American Alpine Jounrna and Accidents in North American Climbing

Out of Bounds—Lost, Inadequate Clothing and Equipment, Wyoming, Grand Teton National Park, Rock Spring Canyon

  • Accident Reports
  • Accident Year:
  • Publication Year: 2002


Wyoming, Grand Teton National Park, Rock Spring Canyon

On February 6 at 1330, Cameron Morgan (25), Jonathan Gagne (25), and Katherine Gagne (24) left the Teton Village Ski Area boundaries with the intent to ski out of bounds in Rock Springs Canyon. They were on alpine skis and a snowboard. The avalanche danger was listed as “Considerable.” They took a wrong turn and entered Granite Canyon in Grand Teton National Park and headed north, not south. They were unable to retrace their tracks and spent the night at the bottom of the canyon. On the following afternoon, a fourth member of the group reported that his companions had not returned.

Grand Teton National Park rangers were notified by the ski patrol at about 1430. Rangers and a ski patrolman were flown by helicopter to search the Granite Canyon area and located the missing party from the air. They were picked up just before nightfall and flown from the backcountry. Despite the ordeal, all three members of the party were in good condition and were released.


Aside from the clothes they were wearing and a Camelback with water, they had no other survival gear, such as food, extra clothing, matches, shovel, probes, or transceivers. They did have a Teton Village ski area map in their possession. They were sure that they were skiing through Rock Springs Canyon to the south of Teton Village, as they had done previously. When they reached Granite Creek, the water was flowing the wrong way. When skiing out of Rock Springs, one has to turn left to get back to the ski area. The stream was flowing to their right. Assuming that the water wasn’t really flowing downhill, they went upstream to where they spent the night. The next morning their discussions about the direction of the water continued. Interesting group dynamics undoubtedly took place. Leadership was asserted, and the party spent the day going about a quarter-mile farther upstream before they were spotted from the helicopter.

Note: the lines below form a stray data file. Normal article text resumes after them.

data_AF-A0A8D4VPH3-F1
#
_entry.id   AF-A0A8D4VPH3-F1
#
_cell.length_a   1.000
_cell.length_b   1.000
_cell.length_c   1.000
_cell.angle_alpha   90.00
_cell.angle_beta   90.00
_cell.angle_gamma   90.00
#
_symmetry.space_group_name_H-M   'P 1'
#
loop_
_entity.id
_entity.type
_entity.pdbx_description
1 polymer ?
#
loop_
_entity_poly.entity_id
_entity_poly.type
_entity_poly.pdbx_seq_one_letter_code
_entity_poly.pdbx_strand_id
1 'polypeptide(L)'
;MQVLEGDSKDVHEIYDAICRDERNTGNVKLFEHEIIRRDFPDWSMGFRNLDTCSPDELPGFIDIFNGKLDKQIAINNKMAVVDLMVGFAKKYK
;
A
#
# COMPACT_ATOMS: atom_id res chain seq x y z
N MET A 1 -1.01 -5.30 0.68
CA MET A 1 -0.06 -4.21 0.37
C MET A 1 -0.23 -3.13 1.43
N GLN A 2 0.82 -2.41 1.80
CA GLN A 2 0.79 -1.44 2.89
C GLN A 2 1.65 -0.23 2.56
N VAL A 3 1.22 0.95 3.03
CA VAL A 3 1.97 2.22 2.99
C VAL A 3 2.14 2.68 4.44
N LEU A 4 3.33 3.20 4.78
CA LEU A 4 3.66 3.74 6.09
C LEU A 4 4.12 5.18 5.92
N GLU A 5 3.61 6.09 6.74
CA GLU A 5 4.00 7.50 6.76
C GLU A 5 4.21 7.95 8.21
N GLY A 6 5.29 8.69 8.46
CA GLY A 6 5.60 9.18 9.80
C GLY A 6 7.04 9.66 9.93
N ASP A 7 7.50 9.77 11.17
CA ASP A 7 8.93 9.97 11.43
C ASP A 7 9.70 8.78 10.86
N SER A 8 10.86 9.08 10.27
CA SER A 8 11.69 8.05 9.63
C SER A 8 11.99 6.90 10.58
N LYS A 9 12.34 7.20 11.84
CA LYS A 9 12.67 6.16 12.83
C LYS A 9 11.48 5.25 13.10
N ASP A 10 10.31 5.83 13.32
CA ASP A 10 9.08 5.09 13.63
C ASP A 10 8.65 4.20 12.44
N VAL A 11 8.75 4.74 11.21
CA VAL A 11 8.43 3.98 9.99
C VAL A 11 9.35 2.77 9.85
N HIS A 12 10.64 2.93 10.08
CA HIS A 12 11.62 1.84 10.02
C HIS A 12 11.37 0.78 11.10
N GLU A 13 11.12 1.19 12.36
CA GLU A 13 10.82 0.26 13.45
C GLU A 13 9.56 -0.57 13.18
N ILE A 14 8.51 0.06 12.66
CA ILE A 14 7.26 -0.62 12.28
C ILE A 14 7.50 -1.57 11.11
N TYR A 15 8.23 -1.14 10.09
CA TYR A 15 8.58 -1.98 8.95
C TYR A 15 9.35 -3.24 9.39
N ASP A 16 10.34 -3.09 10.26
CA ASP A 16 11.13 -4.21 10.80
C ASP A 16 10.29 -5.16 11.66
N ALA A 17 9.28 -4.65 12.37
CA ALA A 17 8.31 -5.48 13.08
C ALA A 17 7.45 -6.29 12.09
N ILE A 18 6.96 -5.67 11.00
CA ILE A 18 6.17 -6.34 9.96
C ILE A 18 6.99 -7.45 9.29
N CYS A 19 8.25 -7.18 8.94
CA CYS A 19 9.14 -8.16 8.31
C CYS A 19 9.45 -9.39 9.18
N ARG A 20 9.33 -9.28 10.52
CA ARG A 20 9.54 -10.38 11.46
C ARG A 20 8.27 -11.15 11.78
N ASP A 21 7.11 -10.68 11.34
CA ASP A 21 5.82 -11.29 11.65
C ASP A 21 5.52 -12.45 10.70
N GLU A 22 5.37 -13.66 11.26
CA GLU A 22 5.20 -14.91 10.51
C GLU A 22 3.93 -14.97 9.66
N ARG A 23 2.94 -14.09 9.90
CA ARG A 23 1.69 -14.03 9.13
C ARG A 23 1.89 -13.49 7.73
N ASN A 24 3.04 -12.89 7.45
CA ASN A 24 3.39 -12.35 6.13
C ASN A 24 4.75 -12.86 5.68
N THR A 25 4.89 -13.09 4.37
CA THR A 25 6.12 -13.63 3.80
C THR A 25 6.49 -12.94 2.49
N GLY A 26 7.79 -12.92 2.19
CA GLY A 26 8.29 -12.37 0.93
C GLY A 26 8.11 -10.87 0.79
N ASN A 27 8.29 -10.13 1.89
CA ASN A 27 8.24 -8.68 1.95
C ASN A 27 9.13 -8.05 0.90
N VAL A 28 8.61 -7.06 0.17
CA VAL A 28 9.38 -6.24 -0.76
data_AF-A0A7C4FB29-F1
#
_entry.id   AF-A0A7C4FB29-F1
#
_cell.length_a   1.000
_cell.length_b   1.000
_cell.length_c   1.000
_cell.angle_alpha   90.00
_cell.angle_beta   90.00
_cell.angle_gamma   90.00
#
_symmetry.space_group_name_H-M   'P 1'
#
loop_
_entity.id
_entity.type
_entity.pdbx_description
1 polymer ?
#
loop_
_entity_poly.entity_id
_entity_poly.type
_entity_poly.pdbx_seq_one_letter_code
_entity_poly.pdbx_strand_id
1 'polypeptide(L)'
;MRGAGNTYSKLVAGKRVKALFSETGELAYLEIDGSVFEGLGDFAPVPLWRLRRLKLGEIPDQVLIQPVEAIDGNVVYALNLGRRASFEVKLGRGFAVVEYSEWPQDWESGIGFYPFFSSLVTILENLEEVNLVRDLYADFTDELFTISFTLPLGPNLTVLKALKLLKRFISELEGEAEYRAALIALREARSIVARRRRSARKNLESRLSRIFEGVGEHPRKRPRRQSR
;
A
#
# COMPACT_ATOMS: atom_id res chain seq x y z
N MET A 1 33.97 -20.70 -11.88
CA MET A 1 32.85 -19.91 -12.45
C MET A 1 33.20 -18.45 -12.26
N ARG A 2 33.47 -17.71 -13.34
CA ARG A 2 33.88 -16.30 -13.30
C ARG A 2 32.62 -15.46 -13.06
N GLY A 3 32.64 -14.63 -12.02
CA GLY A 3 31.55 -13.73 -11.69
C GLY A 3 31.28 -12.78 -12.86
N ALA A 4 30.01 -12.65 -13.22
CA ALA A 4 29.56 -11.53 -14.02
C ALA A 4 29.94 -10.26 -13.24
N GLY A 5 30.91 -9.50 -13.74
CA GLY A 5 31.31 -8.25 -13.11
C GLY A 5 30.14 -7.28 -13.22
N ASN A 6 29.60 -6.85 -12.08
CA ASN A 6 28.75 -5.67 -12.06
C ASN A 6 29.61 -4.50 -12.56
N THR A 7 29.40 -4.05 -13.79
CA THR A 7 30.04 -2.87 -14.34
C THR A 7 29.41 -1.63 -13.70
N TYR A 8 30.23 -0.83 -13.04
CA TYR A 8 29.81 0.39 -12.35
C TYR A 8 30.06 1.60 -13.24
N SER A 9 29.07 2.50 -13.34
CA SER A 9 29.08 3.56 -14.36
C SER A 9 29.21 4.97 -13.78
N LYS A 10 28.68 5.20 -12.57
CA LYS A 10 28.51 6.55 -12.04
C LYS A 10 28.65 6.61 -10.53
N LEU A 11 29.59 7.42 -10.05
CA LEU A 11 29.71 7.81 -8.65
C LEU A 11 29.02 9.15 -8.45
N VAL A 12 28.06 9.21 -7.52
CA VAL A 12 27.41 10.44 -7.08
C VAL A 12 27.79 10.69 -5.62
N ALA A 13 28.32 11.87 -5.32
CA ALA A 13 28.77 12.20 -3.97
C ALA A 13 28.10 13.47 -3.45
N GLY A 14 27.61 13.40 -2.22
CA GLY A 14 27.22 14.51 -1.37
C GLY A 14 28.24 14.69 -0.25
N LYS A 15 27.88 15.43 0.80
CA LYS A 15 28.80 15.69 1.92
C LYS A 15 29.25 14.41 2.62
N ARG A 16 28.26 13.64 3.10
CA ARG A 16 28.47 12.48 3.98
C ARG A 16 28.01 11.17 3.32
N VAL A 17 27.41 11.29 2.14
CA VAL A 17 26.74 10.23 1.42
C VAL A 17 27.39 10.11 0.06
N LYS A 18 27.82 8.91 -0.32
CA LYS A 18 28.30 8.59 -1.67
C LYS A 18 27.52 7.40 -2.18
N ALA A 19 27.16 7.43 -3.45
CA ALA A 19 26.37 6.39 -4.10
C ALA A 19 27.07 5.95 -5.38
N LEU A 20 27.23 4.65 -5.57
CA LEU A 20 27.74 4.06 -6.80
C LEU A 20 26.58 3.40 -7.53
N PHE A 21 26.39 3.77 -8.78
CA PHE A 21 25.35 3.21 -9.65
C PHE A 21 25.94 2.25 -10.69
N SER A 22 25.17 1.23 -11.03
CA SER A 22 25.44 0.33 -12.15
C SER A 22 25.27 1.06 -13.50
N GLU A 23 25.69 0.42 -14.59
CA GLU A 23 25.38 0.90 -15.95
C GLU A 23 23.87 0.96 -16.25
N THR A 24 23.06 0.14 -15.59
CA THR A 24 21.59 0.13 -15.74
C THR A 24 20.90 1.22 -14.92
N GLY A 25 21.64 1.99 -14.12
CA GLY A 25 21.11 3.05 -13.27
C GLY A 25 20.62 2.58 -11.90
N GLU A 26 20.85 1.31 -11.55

Leadership skills and backcountry survival preparedness are just as important when accessing the wilderness from a developed ski area as they are when heading into the wilderness with a mind-set of seeking a wilderness experience. A second night out in -20 degrees F. in their condition might have been grim.

Another factor was the reporting party. He assumed that they didn’t meet apres-ski in the bar and that they didn’t get back to the motel that night “because they were partying.” He searched the lifts at the ski area the following day until 1430 before reporting the party overdue. (Source: Dan Burgette, SAR Ranger, Grand Teton National Park)

(Editor’s Note: While this is not a climbing incident, it is included as a classic example of a backcountry situation that required mountaineering skills for which the participants were not prepared.)

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